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The last time I summoned the sheer chutzpah to propose a list of metro Atlanta’s top 50
restaurants, the year was 2004. Back then many of the best restaurants were also the most ambitious ones. Scouting out the talented chefs who used top-tier ingredients meant going to a lot of places with tablecloths and ice-filled wine buckets.
That hierarchy has collapsed, and I have to say it makes this quest a lot more rewarding. Today you can eat great food in scores of casual joints, in bars where you shout over head-banger music, in revitalized neighborhoods throughout the metro area, in farmers markets and at food truck rallies.
All across Atlanta, I have witnessed the doctrine of manifest yumminess. (Find an “Atlanta 50″ restaurant near you with our interactive map.)
So how do you choose 50 from this bounty?
You eat and eat, and eat some more. But first you must decide what doesn’t belong.
I chose to stay away from restaurants outside the metro area (sorry, Athens) and restaurants that only serve late at night (like Octopus Bar) or on weekends (Quinones at Bacchanalia).
I avoided some very good places that suffer from inconsistency and others that are too similar to better spots nearby. I tried as best as I could to provide a variety of styles and cuisines.
I’m still looking for a French, Thai or Middle Eastern spot to merit a place on this list. I’m sorry to the worthy Italian and Japanese restaurants that were edged out.
I did not limit it to only those places that we’ve rated three stars and above but instead made room for two-star restaurants — such as Roswell’s Table & Main and Lilburn’s Three Blind Mice — that add so much to their communities and connect so well with their fans. It’s not an ITP or an OTP thing, it’s a looking-like-Atlanta thing.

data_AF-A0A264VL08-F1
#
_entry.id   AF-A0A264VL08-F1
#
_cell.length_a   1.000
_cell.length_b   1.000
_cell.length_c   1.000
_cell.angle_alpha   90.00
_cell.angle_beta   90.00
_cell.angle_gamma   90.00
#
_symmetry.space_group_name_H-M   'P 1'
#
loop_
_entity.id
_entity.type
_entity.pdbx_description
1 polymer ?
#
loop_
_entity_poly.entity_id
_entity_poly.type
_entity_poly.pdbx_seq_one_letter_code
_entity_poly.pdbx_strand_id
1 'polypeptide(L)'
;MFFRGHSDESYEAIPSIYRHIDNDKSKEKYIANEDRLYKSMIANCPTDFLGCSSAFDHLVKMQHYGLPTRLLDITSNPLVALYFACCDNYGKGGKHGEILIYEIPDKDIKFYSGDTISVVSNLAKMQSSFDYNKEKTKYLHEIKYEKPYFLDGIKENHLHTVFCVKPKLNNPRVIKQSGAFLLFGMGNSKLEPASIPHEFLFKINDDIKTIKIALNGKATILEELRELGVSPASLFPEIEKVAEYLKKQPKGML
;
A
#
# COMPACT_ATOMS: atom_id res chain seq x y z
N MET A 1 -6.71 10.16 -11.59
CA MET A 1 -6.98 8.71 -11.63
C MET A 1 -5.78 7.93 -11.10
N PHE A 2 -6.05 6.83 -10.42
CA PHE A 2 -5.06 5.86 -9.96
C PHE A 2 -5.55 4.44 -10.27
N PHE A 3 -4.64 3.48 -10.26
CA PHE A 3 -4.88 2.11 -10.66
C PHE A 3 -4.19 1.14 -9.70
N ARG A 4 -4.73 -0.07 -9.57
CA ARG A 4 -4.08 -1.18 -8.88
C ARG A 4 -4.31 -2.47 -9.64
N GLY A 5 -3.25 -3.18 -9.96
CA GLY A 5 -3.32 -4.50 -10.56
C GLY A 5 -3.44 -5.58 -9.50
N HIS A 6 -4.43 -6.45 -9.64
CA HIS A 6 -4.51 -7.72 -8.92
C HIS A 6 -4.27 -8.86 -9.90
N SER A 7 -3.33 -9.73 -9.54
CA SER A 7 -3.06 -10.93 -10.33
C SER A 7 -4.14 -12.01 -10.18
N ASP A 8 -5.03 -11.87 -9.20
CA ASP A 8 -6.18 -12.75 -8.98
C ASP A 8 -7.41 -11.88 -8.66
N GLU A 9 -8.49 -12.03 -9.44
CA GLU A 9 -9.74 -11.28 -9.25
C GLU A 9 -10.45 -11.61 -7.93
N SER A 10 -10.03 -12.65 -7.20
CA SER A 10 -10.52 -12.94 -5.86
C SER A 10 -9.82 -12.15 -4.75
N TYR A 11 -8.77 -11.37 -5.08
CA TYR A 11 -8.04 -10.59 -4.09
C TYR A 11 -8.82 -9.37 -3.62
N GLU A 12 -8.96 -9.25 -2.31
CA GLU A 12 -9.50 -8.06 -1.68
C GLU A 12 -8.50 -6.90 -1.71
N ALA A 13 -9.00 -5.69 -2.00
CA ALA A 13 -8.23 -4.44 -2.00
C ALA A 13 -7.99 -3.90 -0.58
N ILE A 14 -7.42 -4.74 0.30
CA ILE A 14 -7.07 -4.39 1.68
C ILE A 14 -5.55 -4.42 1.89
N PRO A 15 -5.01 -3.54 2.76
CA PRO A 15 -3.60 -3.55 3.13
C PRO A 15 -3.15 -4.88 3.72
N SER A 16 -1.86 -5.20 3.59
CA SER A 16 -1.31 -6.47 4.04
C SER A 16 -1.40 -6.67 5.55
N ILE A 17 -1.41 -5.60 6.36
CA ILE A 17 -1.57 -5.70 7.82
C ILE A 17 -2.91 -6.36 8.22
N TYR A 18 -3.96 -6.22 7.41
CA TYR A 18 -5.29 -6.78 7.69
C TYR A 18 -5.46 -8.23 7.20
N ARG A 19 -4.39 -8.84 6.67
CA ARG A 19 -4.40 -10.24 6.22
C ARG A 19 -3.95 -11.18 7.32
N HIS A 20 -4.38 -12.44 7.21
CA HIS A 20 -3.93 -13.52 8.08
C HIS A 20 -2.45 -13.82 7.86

Some restaurants that I had not previously rated, but have visited at least twice, now get a rating.
Two previously rated places got a bump. Atlanta’s Heirloom Market BBQ deserves three stars as a citywide destination for its inimitable fusion barbecue. Miller Union has grown into a defining restaurant for today’s Atlanta and it deserves a fourth star. (A guide to our star ratings and a list of the restaurants we’ve rated.)
No restaurant on this list lost a star. Yay!
I hope you enjoy this list and can use it as a guide when you travel throughout metro Atlanta. As you can see, there’s lots to explore.
(Restaurant capsule reviews listed in alphabetical order.)
> 4th & Swift, Atlanta; Abattoir, Atlanta; Antico Pizza Napoletana, Midtown; Aria, Buckhead; Bacchanalia, Midtown; Barcelona Wine Bar, Atlanta; Bistro VG, Roswell; Bocado, Midtown; Bone’s, Buckhead; Busy Bee Cafe, Atlanta.
> Cafe Restaurant Dominicano, Norcross; Cakes & Ale (restaurant and bakery), Decatur; Canoe, Atlanta; Cardamom Hill, Atlanta; Community Q BBQ, Decatur; Empire State South, Midtown; Desta, Atlanta; Ecco, Atlanta; Golden House, Duluth.
> Heirloom Market BBQ, Atlanta; Honey Pig, Duluth; Holeman and Finch, Atlanta; Kevin Rathbun Steak, Atlanta; Kyma, Buckhead; McKendrick Steak House, Dunwoody; Miller Union, Midtown; Nam Phuong, Norcross; One Eared Stag, Atlanta; Pura Vida Tapas, Atlanta.
> Rathbun’s, Atlanta; Restaurant Eugene, Atlanta; Rumi’s Kitchen, Sandy Springs; Seed Kitchen & Bar, Marietta; Sotto Sotto, Atlanta; Sound Table, Atlanta; Sushi House Hayakawa, Doraville; Table & Main, Roswell; Taqueria del Sol, three metro locations; Taqueria Oaxaquena, Jonesboro; Tasty China, Marietta.
> Three Blind Mice, Lilburn; Tofu Village, Marietta; Tomo Japanese Restaurant, Buckhead; Umaido, Suwanee; Varasano’s, Atlanta; Viande Rouge Steakhouse , Johns Creek; Vingenzo’s, Woodstock; Woodfire Grill, Atlanta; Woo Nam Jeong Stone Bowl House, Doraville; World Peace Cafe, Sandy Springs.
> BEHIND THE ATLANTA 50: AJC chief dining critic John Kessler has spent the past three months researching this dining guide by revisiting potential “top 50” restaurants at a breakneck pace that would put members of any competitive eating league to shame.
Many of the places he revisited made the “Atlanta 50” cut, and many others did not. He downed Sichuan dan dan noodles in his car, ate Ethiopian food for breakfast and brought his editor leftover steak in exchange for a busted deadline or two.
> Where We’ve Eaten: All Our Restaurant Reviews Since 2010
> First Look: Recently Opened Restaurants
> Fall 2011 Dining Guide: Distinctive Culinary Voices
> Spring 2011 Dining Guide: Splurges and Destinations
> A Night On The Town: Our Complete Food, Restaurant and Nightclub Guide